another crow made a bumpy landing, this time with some excuse because it had in its beak a long twig which it carefully and cleverly, to the startled cooings and uneasy shufflings of the doves, inserted in one of the arched doorways. The doves edged closer together, the two crows, without a struggle gained free access to at least a third of the circular board. The crows cawed loudly, the doves cooed softly


a third crow descended with a twig in its beak which it duly inserted in the doorway


another and soon the half-dozen crowded doves were having to balance precariously in ever-decreasing space as they became outnumbered by the relentless nest-building crows


a door opened and a monk carrying two pails appeared. He put the pails down to shut the door behind him. Another crow descended, landed, inserted its twig.  Before taking up his pails, the monk clapped his hands. Clap clap clap. With a leathery flapping of wings and more cawcawing, the crows retreated en masse back to the dreary ramparts, the monk crossed the tonsured lawn with his shiny pails on his way to the vegetable garden, pausing only to pull the twigs from the doorway of the doves’ house, the doves once more occupying the full circle of their walkway with space to spare, once more nodding and making gentle sounds of satisfaction to one another.

The ungainly crows  on the ramparts hopped restlessly from one perch to another, cawing, waiting.

Church, State, Nobles, Peasants – it was all there – the history of Ireland in a monastery garden.



And Schubert. What shall I say of Schubert? That he taught me to turn a deaf ear to tittle-tattle? That he told  really funny jokes? That he must have done something wrong? Only that last one, I’m afraid, only that last one was true. But his jokes weren’t too bad either:
” When he was at the airport it occurred to Peter that  Gertrude, his usually reliable neighbour, hadn’t come round for the dog. He tried calling her on her mobile  every day but got no reply. And when he got back, a fortnight later,  what did he see waiting for him on the doorstep? “And of course you say, ‘the dog’,  and he says,   The 14 bottles of milk he had forgotten to cancel.”
That was one of his jokes. Not really funny? Perhaps it’s the way I write them. They were certainly funny the way he told them. Wry. Dry. He was fond of one-liners, he was good at themDid you hear about the dyslexic guy who walked into a bra?
He could rattle off a dozen or so in the time it took you to down your pint.

So I asked the man if I could join his aerobics team and he said it depends how flexible you are and I told him I couldn’t make Tuesdays.
We all had composers’ names: I was Mozart; my London contact was Bizet even though she was a woman. Blond. Big-boned. Wagner would have suited her better.
Where  did I meet Schubert for the last time?  Oddly enough at midday under that outlandishly huge astronomical clock in the main square with all the tourists waiting for the clockwork Jesus. Noon or midnight were the real treats when Jesus popped out followed by all his faithful, brown-robed disciples. People applauded as if they were real characters.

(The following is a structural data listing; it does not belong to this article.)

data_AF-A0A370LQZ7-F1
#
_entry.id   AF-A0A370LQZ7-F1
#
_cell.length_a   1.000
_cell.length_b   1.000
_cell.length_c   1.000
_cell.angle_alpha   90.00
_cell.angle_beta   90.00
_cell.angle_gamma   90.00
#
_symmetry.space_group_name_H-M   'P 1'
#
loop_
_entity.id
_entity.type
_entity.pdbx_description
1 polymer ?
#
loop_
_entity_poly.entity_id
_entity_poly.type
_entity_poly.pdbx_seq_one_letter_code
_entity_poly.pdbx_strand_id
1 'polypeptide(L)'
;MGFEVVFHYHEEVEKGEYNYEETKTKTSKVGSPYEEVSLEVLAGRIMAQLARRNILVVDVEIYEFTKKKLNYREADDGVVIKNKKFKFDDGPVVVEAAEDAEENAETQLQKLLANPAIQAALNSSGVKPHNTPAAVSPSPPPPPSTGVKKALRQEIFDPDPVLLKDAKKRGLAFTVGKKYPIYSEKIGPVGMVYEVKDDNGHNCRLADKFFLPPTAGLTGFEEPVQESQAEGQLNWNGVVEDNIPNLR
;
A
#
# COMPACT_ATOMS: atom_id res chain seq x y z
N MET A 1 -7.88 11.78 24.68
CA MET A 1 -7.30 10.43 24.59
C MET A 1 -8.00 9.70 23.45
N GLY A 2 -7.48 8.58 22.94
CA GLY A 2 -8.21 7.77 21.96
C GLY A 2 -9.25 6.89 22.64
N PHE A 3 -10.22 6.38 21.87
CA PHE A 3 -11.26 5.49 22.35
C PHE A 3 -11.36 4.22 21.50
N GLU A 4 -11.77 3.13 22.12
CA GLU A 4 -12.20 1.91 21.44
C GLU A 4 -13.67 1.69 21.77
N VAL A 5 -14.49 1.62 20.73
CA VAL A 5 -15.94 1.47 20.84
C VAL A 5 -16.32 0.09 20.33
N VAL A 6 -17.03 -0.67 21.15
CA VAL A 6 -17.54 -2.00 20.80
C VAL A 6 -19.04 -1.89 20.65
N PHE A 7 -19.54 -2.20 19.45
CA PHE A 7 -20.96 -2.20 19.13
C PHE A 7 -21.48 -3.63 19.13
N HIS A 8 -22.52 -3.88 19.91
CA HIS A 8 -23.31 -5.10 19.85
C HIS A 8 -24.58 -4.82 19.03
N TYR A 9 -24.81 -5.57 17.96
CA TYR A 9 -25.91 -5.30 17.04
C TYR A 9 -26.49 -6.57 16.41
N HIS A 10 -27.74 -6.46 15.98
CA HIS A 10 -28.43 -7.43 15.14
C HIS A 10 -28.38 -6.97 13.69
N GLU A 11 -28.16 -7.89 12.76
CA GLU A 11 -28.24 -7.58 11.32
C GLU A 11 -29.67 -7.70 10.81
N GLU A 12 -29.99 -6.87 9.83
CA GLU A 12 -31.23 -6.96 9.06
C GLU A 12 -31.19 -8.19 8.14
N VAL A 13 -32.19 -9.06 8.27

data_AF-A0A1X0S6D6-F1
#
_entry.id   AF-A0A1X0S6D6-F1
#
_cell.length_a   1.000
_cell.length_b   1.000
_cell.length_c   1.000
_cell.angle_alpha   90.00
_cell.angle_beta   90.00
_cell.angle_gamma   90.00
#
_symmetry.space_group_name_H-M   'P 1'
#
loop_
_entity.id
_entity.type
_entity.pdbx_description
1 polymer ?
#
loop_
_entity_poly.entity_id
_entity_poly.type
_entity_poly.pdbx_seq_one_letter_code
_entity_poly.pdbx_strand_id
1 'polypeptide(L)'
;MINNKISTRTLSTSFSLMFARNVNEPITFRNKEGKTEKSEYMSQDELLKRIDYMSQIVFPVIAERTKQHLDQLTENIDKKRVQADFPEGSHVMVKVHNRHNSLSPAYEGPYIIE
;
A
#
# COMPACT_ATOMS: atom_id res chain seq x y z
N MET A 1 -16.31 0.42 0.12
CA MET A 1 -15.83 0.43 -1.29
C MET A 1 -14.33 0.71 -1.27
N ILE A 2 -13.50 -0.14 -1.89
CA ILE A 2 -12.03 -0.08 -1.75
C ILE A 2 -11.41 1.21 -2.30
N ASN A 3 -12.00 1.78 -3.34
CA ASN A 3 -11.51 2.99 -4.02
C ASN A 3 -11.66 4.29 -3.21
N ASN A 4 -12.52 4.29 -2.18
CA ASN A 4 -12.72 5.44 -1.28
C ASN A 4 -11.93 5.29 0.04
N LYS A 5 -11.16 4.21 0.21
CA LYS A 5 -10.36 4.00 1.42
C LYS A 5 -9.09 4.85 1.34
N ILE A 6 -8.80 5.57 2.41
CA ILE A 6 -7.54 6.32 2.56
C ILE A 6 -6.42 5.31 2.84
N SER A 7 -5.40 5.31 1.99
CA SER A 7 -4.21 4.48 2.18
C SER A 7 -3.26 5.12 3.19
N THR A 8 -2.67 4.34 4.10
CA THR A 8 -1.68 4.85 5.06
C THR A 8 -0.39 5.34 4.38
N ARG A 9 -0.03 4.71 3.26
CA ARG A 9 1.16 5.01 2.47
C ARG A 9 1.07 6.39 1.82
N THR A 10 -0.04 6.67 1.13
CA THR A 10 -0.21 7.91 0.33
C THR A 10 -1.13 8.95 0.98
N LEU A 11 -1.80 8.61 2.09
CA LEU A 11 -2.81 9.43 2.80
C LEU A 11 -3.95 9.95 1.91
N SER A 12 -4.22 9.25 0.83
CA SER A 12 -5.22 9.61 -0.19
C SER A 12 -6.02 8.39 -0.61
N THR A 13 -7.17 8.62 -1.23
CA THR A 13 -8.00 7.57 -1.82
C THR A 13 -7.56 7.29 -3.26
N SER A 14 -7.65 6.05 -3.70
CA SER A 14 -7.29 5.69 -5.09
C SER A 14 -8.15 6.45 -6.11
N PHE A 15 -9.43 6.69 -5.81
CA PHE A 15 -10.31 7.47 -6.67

As usual Schubert was late, not that that worried him in the slightest. He never apologised however late he was, never explained what had kept him, just breezed in with some joke that made you smile.
When I left home, my mum said: “Don’t forget to write.” I  remember thinking: “That’s unlikely – it’s a basic skill, isn’t it?”
We were taken by Schubert  to the sleepy little town of  Strakovica  where we picked up Sibelius (and where Stevenson got the idea for Markheim, his short story about a murdered watch maker). We had a beer at Ticktalk’s, the pavement cafe which had formerly been the shop of the unfortunate watchmaker (whose murderer was never found). The sun was shining but it was cold enough for Schubert to put on his big black overcoat.
After that we went on to the very stylish glass and chrome building in the town centre where I was to give my lecture, a strangely transparent place for such secret shenanigans. At the ornate glass door, Schubert put an arm round my shoulders and said, ” If I don’t see you through the week, I’ll see you through the window,” his last and by no means his best joke.
I never saw him again.  

Crabbed age and youth cannot live together

There are so many reports

of kids knifing adults

for various reasons

or for no reason at all

that you can sit on a bus

and watch kids chuck stuff

on the floor or wherever

put  their feet up

on your seat

swear at each other

shout through and across you

until you feel like joining in

in case they take offence.

See the auld fowk on the bus, man,

aw the sap  sucked oot o  them,

clutchin their goodie bags

close tae their bony chests

or starin oot o  the windows

at  life  passin them by.

Zombies, man,

that’s whit they are,

the livin dead.